LONDON, United Kingdom — NewRiver Retail Ltd. invested in a 24th U.K. shopping center, convinced the property will generate reliable income even in hard times, its chief executive officer said. The real-estate owner’s shares are outpacing competitors.
“This is the most confident we have felt in our four-year history,” CEO David Lockhart said in an interview following the 50 million-pound ($76 million) acquisition this month of Hillstreet Shopping Centre in Middlesborough, England, about 250 miles north of London.
NewRiver focuses on medium-sized shopping centers, and has bought empty units and revived ailing malls. The London-based company had 440 million pounds of assets under management on March 31, including malls and other retail sites. Tenants include budget clothing chain Primark, grocer Tesco and pharmacy chain Boots.
“During the difficult years of economic crisis, we knew the non-discretionary shops sectors would perform well and that’s precisely what’s happened,” said Lockhart. “We have stores where the U.K. family spends its money week-in week- out.”
The company’s shares climbed 36 percent to 242.50 pence in the 12 months before today. Intu Properties Plc, the U.K.’s largest mall owner, advanced 4.5 percent in the period, while real-estate investor Hammerson Plc climbed 14 percent and British Land Co. rose 12 percent.
“NewRiver Retail has tended to select centers where the tenant composition is already very substantially adjusted to local and recessionary realities: heavily weighted to basic food/supermarkets and discount retailers,” Peel Hunt analysts including James Carswell said in a note.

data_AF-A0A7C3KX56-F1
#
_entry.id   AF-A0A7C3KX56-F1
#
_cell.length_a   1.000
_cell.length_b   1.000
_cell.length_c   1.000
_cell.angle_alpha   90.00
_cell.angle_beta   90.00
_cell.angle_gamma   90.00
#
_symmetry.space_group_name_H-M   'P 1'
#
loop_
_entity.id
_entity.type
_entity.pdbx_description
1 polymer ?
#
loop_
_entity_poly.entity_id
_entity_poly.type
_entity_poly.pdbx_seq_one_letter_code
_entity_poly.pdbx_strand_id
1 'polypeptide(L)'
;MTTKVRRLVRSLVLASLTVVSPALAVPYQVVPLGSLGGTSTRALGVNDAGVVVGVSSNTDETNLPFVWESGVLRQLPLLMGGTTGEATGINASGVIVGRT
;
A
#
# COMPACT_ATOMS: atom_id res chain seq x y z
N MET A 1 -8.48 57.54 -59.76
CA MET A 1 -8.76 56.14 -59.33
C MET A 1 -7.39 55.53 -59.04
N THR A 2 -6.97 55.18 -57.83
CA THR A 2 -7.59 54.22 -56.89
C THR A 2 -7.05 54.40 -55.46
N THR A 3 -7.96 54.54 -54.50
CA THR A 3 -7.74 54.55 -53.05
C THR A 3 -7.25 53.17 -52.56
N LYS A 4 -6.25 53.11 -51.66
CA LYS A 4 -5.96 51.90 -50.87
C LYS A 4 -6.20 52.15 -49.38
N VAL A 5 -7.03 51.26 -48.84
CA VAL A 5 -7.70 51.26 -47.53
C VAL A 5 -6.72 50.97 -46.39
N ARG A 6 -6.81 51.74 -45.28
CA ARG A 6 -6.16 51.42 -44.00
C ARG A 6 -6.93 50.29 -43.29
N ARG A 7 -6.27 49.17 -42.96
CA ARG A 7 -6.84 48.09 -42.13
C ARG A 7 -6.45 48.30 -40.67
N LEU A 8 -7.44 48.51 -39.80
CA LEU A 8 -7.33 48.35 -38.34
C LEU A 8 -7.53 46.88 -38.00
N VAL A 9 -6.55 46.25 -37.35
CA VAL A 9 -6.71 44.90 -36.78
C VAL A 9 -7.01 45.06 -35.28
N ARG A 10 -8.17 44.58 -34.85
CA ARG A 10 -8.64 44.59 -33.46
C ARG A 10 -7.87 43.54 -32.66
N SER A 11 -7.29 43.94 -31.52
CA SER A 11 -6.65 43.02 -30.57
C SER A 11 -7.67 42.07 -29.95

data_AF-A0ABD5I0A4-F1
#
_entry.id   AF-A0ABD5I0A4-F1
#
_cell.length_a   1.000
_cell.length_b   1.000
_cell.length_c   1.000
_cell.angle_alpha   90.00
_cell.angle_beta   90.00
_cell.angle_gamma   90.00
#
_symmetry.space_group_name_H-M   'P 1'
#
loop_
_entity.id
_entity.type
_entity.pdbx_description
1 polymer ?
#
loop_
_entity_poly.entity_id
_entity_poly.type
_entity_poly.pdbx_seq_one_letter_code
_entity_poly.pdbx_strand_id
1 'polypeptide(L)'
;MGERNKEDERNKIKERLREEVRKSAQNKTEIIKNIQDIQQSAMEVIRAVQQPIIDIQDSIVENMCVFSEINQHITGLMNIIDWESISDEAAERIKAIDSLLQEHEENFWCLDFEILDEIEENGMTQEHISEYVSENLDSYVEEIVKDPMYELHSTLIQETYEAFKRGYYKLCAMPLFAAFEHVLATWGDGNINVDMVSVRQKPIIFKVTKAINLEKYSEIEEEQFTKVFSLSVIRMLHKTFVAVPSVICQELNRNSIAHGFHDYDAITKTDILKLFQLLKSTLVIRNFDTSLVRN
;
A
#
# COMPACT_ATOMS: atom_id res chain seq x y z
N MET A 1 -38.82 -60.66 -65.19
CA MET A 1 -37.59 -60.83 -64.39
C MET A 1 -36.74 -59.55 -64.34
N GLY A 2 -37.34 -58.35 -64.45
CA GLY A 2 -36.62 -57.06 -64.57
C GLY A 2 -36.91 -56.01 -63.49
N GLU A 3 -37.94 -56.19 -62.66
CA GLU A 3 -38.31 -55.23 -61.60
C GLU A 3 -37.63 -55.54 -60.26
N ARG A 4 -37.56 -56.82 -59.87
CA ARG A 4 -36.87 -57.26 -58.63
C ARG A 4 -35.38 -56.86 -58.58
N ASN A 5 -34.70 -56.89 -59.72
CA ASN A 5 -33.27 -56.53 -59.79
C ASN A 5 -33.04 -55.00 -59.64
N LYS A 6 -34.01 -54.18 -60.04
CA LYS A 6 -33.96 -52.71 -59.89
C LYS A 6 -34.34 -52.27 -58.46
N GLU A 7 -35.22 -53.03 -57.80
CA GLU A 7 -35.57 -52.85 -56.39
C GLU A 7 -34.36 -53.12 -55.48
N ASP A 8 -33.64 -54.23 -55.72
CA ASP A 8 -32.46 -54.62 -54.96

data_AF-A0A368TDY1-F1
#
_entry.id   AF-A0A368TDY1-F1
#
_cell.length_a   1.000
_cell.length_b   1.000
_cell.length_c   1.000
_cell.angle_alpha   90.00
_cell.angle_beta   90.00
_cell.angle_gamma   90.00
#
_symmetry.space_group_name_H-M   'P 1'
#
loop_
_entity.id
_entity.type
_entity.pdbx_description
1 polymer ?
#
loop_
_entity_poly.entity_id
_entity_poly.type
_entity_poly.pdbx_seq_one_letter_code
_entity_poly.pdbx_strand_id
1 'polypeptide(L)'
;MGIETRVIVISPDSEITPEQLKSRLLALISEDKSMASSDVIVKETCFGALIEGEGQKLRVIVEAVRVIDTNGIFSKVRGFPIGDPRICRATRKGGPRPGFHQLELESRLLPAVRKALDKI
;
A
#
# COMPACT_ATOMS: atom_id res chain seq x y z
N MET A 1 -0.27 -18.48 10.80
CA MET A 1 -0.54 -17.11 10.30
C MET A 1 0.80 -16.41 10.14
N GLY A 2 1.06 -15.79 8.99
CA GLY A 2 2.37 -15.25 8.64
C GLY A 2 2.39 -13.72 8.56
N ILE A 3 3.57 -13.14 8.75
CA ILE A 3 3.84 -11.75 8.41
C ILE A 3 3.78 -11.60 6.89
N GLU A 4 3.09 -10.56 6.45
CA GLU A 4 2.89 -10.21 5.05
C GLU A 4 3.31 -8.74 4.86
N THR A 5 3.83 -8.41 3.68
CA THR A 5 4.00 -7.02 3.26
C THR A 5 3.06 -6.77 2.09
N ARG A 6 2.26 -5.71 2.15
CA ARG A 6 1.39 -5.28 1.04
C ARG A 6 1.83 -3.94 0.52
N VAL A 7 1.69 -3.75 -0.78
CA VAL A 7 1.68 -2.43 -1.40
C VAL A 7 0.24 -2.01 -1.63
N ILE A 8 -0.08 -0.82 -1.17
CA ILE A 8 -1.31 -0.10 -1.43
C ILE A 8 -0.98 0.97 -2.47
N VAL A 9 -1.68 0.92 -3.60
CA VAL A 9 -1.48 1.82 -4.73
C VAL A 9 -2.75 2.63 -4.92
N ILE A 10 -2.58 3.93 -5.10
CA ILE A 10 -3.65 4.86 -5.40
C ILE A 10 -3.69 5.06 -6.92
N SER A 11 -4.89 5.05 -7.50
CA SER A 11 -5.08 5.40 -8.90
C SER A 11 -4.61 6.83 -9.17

The company has 38 percent of its assets in the more affluent southeast, according to its website. Yields are higher elsewhere in the country, said Lockhart. NewRiver generates property yields as high as 9.7 percent, according to the CEO.
The company raised 67 million pounds in an oversubscribed share sale last month and used part of the cash for the Hillstreet center, in which it has a 50 percent stake.
“NewRiver’s management are running it very well,” Carswell said in a phone interview. He recommends buying the shares and has a target price of 257 pence.
Lockhart said that U.K. retail is much more resilient than people think. “The consensus seems to be things are beginning to pick up,” he said.
Retail sales including fuel rose 0.2 percent last month from May, when they gained 2.1 percent. It was the first consecutive monthly increase since July 2012, according to the Office for National Statistics.
By: Alex Pashley;Editors: Robert Valpuesta, Jeffrey St.Onge.